In Conversation: Wanda Praamsma talks with Pearl Pirie about her new collection the pet radish, shrunken

The lyrics populating Ottawa poet Pearl Pirie‘s new collection, the pet radish, shrunken, buzz with oblique wisdom and surgically sharp wit. Cicadas chirp from beneath the troposphere; secret agent squirrels conspire among the peonies at sunset; revelatory reversals and unfamiliar aphorisms grow like wild flowers.

Playing on themes of love and relationships, future-politics of the English language and the current politics of the Ottawa Valley, the sonnets, tercets and dialogue poems of this new collection strike powerful and deliberate chords even while they frolic and surprise. Selected by BookThug Poetry Editor Phil Hall, the pet radish, shrunken finds the playful and prolific Pirie at the top of her game. 

BookThug alum Wanda Praamsma, author of a thin line between (2014), sat down with Pearl to discuss the pet radish, shrunken (now available from BookThug, or from your favourite independent bookstore).

 

 

Wanda Praamsma: How would you describe this collection?

Pearl Pirie: Sure explorations of journeys outward and onwards, inward lingward and lungward.

The first section, make no sudden loves is about relationships, personal, surreal and cultural. The second section, Tetchnique is more civic-minded of Ottawa valley of stress, plain speech, and being anthropologist while the third section of poems, The Hem in Vehement is more political, about how language in new shapes make for new possible future. Each section has cross-ties, such as the recurring Secret Agent Squirrels.

WP: Many of your poems are funny, and there is a definite playfulness with language. Do you think about humour while writing, or does it simply slink around with you all day long?

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Photo credit: Brian Pirie

PP: Glad to hear. Humour is personal and sometimes it doesn’t connect. My throws can be pretty wild but if you’re in a position to catch it, super.

Life is funny. I mean, making blueberry sauce, how can one not imagine it is the fingers gored from having killed a muppet? Why would one not answer humour’s knock-knock?

Can you decide, I shall make a humourous poem? Or it’s time for an emo poem. Maybe you can. You go with energies or resist them. You decide moment to moment who you’ll be, what is valuable and worthwhile.

What you write about comes from a posture to things. Everything isn’t dire pain and prayerful as some lives would have you believe. It’s a thing but not the only response. The narrative of hand-wringing comes from cultivating fear in the writer and the readers. I did that. It’s a means of controlling the scary thing by putting it in a box but I don’t think it served me.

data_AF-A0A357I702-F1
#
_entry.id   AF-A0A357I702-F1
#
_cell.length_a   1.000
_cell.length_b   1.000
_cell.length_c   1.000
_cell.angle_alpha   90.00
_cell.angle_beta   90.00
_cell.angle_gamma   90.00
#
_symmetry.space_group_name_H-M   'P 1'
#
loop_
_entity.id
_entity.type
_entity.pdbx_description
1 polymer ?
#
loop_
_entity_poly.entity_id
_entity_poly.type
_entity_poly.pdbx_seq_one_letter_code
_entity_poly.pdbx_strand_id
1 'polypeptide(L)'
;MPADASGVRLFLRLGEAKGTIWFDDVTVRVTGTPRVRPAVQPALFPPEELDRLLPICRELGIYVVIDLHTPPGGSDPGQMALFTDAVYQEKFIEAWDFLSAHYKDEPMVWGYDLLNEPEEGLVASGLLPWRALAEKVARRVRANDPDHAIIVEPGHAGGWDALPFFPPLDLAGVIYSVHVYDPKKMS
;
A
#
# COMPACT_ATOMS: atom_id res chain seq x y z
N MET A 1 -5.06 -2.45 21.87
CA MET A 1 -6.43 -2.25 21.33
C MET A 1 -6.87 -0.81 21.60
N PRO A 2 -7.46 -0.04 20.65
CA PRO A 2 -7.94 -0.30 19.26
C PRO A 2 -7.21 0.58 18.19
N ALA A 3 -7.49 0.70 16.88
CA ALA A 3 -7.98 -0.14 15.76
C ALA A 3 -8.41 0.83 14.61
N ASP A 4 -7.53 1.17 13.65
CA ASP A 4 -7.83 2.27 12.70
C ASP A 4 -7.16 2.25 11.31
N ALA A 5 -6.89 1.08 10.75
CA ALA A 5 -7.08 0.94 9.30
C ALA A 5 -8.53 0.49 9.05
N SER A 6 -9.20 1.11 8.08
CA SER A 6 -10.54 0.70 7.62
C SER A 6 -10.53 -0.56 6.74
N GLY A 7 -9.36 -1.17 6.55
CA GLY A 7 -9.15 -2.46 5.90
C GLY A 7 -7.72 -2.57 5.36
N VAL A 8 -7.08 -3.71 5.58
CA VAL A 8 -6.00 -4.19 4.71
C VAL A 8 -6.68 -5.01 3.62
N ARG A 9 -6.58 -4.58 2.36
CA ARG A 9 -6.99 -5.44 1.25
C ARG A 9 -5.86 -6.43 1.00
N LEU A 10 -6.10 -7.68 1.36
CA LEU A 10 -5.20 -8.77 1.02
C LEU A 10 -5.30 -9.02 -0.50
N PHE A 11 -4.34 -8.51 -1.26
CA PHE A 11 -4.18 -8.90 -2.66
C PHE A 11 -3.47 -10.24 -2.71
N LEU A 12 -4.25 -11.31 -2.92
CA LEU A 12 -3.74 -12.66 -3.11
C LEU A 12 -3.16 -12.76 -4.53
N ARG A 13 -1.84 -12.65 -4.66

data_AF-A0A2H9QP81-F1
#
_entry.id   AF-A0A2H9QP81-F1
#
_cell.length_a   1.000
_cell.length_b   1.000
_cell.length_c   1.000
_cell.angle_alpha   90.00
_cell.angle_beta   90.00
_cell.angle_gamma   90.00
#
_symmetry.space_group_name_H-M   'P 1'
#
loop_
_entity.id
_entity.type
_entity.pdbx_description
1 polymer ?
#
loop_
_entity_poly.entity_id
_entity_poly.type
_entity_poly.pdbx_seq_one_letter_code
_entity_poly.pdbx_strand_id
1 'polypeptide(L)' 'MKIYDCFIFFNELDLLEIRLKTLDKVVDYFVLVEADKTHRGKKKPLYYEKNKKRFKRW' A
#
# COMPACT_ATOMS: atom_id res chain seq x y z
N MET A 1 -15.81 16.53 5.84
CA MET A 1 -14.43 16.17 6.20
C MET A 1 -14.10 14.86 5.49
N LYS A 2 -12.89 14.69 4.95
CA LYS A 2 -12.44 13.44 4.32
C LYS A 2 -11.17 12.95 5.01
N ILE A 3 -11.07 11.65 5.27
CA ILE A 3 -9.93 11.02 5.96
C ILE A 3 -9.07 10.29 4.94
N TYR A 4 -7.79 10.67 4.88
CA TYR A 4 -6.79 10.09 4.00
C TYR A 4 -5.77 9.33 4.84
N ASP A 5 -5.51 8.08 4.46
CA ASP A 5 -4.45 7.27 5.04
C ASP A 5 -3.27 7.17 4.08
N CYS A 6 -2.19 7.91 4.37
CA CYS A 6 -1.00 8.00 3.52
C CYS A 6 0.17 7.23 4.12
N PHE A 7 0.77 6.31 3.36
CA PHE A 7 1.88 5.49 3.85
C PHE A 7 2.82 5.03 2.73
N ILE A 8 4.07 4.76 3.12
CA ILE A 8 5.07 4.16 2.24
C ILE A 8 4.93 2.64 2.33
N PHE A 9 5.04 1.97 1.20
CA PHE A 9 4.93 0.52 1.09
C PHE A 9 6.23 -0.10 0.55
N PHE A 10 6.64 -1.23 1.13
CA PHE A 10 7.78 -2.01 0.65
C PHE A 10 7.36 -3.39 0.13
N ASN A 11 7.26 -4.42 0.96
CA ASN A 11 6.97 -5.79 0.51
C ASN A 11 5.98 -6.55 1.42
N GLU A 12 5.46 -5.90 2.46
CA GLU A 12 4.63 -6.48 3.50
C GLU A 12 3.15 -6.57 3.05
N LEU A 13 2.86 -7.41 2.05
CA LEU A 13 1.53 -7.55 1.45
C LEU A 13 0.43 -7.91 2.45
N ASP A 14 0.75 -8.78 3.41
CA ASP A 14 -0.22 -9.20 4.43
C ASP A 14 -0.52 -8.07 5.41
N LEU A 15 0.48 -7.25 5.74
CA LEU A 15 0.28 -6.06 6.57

It’s more popular to say that poetry and humour don’t go together than what actual practice is. Look at Paul Morin in his don’t-grow-older-blandly, grow-bolder-grandly poem, “Synderesis,” as translated by John Glassco, “do not insist on gathering roses: it leads to arteriosclerosis […] cease to officiate at the pagan altar,/and beneath thy roof/hide thee and slumber/like the complacent placid cucumber.” It’s better in entirety. But do you get the sense? I mean, have you ever seen roses rhymed with arteriosclerosis before? And cucumber isn’t rhymed with nearly enough. I get people telling me incredulously you put anything into a poem, as if that were odd. As if poetry is like nature, which people and cities are apart from.

WP: I wonder, too, about your sly ability to poke at various things: government, authority, consumerism, type-A striving, literary striving, love, the weather, animals … lots and lots of things. Where does this poking come from?

PP: Because they’re funny? From choice either to feel more irritation, boredom, frustration or get a reality check. And I like to amuse myself and others. Life has all the gravitas of being stuck to flypaper but life’s components are pretty absurd. We are one of billions of specks among countless billions of life specks on a speck of an earth in a dusty universe with millions of earths.

WP: I am curious about your relationship with form. You seem comfortable moving in and out of various constructions. Do you consciously think about it while crafting each poem, or is it more intuitive than that?

PP: Sure, sometimes. Conscious and intuitive are at the same time. I edit fast and often. I throw forward a lot and throw out a lot. Some utterances could be tailored to fit some lengths and shapes of thoughts of particular forms. It takes a nudge to complete an idea into some pre-existing form. That gives a sense of expectation and pleasure payoff. It’s a challenge to see if I can. Some sounds try on various outfits and see what muffin tops.

Without pressure, there’s off-the-rack slacks, the fit no one well sack dress. It is more pleasant to pin a form of regularity than have amorphous blurt unless it’s a quite magnificent burst. To write to form is like reading. You are training the thoughts to map along a new shape.

WP: What about your titles? Do your poems start with titles or do those come later? How does a poem begin and end for you?

PP: Titles are the first entry point when it’s done. They are the first hook, set-up, fair-warning and approach. Hopefully the content can live up to the title.

Like any other part of the poem I want the titles to be load-bearing, but a poem can start at any point. I recently updated my writing stats (http://pagehalffull.com/pesbo/2015/02/03/poetry-writing-rates/) and saw since fall of 1991 I’ve done over 5000 poems. There is no pattern to how or when they start or end except that I start and end them.

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Photo credit: Brian Pirie